What Better Way to While Miles Away
Vignettes from a 26.2-mile stroll through North County . . .
Johnny Manana’s was doing a brisk business in coffee up the street from the Oceanside pier in Sunday’s pre-dawn hours. The fact that those pre-dawn hours were quite brisk undoubtedly had a lot to do with it.
Dairy Queen, a sign a few doors away said, was coming soon. Fine. Milk shakes did not sound too appealing.
Sometime I am going to have to check out Dorothy’s Military Shop/Laundry . . .
So here was the San Diego Marathon, its scenic route sprawling along the coast through Oceanside and Carlsbad with a brief but hilly loop inland. And so the marathon was alive and living and seemingly warmly embraced in its new home.
This event, an unwanted orphan for so long, sure landed on a nice doorstep . . .
My personal runner-to-watch was going to be Redcloud, wearing Bib No. 11. The race was on and I was watching, but I never saw him.
Instead, the leaders were Bib No. 3614 and No Bib At All. This wouldn’t do. Where were all the “seeded” runners with single and double digits?
No Bib At All soon disappeared and it turned out Bib No. 3614 was 26-year-old San Diegan James Sheremeta, who was in the process of turning the simultaneous half-marathon into a private party. He won by 25 seconds and would have won by more if he hadn’t had to backtrack after misjudging the half-marathon turnaround.
James needed little help, so we left him on his own to search for the marathon leaders . . .
And who was leading?
Ron Tabb was leading, but a group of seven runners went past him around Pea Soup Andersen’s. I don’t think he stopped for lunch, but I couldn’t be sure.
And then Henry Chio and Alfredo Rosas and Doug Kurtis and Dan Streble and Doug Nelson took turns at the head of the pack and later Danny Bustos and Ernesto Gutierrez did the same.
It seemed everyone was leading, and yet no one was leading . . .
The lead women were headed the other way as the men returned from the inland loop, Kathy Smith and Mindy Ireland matching each other stride for stride.
“We were just kind of chatting as the miles went by,” Smith later explained . . .
Bustos pushed the pace.
Kurtis pushed the pace.
Gutierrez pushed the pace.
Turning for home near La Costa Avenue, it seemed Rosas was falling off from a pack that had dwindled to four.
And then Rosas pushed the pace to an extreme, taking charge when he ran the 21st mile in 5:01. Alfredo was going to making Fettucini of this race if his legs did not turn to spaghetti . . .
Except, who was that guy on the horizon by the power plant?
Was it Chio making a comeback?
The little figure was flying.
He was closer at Mile 21 and closer at Mile 22 and closer at Mile 23, but still too far back to identify. He was alarmingly closer at Mile 24. Photographers, with their telephoto lenses, picked up the bib number: 26.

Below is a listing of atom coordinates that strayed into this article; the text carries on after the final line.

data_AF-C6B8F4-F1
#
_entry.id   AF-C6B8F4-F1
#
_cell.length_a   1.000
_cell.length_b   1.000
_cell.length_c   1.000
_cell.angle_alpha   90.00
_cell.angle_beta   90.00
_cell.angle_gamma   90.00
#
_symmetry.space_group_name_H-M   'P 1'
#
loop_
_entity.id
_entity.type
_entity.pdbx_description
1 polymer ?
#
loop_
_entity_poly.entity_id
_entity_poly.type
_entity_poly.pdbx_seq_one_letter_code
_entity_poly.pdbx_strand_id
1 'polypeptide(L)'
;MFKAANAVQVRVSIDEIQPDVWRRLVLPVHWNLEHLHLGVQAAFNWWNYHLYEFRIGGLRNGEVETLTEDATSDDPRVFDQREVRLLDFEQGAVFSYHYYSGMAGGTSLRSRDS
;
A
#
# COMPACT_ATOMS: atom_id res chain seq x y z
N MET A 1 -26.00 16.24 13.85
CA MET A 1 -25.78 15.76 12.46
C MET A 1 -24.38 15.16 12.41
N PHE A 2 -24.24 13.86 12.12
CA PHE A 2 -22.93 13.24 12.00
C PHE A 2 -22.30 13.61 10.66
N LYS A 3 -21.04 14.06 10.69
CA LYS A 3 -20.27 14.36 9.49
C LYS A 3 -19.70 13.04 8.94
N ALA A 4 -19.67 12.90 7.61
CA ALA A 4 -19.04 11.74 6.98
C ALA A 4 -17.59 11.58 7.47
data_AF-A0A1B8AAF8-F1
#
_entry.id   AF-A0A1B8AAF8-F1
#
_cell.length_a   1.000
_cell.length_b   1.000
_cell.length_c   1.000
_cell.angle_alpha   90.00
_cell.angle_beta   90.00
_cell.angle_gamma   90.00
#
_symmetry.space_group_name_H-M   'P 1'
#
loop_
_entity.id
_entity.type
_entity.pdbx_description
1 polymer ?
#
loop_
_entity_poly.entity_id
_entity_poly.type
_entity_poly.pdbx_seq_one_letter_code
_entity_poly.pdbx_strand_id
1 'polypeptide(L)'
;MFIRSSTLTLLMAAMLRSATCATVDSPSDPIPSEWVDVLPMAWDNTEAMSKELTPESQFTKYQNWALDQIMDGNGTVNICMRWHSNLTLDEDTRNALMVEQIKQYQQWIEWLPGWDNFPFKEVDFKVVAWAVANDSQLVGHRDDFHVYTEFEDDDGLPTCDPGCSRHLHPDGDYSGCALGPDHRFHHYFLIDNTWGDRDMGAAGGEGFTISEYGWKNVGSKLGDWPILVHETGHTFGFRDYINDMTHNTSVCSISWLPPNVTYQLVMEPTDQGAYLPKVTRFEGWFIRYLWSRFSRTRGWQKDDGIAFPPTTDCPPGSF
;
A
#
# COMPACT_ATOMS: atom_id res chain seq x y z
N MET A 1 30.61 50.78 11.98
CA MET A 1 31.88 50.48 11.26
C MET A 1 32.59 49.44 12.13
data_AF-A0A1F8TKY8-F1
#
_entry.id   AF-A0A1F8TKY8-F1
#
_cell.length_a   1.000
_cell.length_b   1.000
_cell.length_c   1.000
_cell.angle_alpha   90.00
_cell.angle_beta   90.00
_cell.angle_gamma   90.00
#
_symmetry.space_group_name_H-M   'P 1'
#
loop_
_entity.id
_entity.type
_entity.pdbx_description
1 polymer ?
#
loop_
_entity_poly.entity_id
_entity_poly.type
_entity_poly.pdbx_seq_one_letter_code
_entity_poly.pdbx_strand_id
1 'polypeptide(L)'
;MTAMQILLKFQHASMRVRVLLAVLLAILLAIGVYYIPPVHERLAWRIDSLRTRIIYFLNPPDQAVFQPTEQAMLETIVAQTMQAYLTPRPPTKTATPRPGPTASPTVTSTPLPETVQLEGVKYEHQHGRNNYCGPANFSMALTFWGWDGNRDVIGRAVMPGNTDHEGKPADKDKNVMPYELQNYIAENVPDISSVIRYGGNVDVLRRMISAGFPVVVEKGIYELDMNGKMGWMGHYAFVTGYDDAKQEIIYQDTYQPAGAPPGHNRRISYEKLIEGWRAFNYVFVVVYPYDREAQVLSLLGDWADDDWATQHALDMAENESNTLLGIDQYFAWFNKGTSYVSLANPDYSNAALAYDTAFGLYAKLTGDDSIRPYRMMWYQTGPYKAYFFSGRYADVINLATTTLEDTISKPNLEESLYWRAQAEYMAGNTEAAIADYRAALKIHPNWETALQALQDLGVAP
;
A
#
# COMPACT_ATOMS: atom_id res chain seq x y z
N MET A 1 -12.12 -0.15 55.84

Benjamin Paradez Martinez, a biathlete from a suburb of Mexico City.
This guy could not have come from more out of the blue if he had literally washed up on shore. My reaction to his rally was scrawled in my notebook: "!!!!”
Martinez was 10 yards back when he and Rosas disappeared behind a television truck approaching Mile 25. He came out from behind the truck with a 10-yard lead.
“When I caught him,” he said later through an interpreter, “I knew I had him.”
He did. He finished waving a Mexican flag in 2:19:03.
Viva Mexico . . .
A bit later, Kathy Smith crossed the finish line in 2:43:05. Her companion for much of the race was not in sight.
Where was Mindy Ireland?
I got the answer when I was waiting from runners at the drug testing station. That was a touching scene. Mindy Ireland was carried to drug testing by a couple of young lads with broad shoulders and happy smiles.
She had finished in 2:52:12.
Even such a pretty course can take a toll when the distance is 26.2 miles . . .
Ernestos Gutierrez was flat on his back on a massage table.
And Doug Kurtis was hoping he would soon get a turn.
Understand that this was Kurtis’ 13th marathon of the year and the 112th of his life. He won in Bangkok all of two weeks ago. And he was walking like he had pins in his feet.
“It took me a good week to feel better after Bangkok,” he said. “I’ll be back to normal by Wednesday this time. I’ll get in my 100 miles this week.”
He only has 73.8 to go . . .
Kathy Smith anxiously punched the numbers on the telephone. She hadn’t told her father she was entered.
“I won the San Diego Marathon,” she blurted, “I won $2,000 and I qualified for the Olympic Trials.”
All of this was one sentence with scarcely a pause for punctuation . . . or, on the other end, realization exactly what she was saying.
“I did,” she said. “I did it . . .”
It seemed like Johnny Manana’s was yesterday.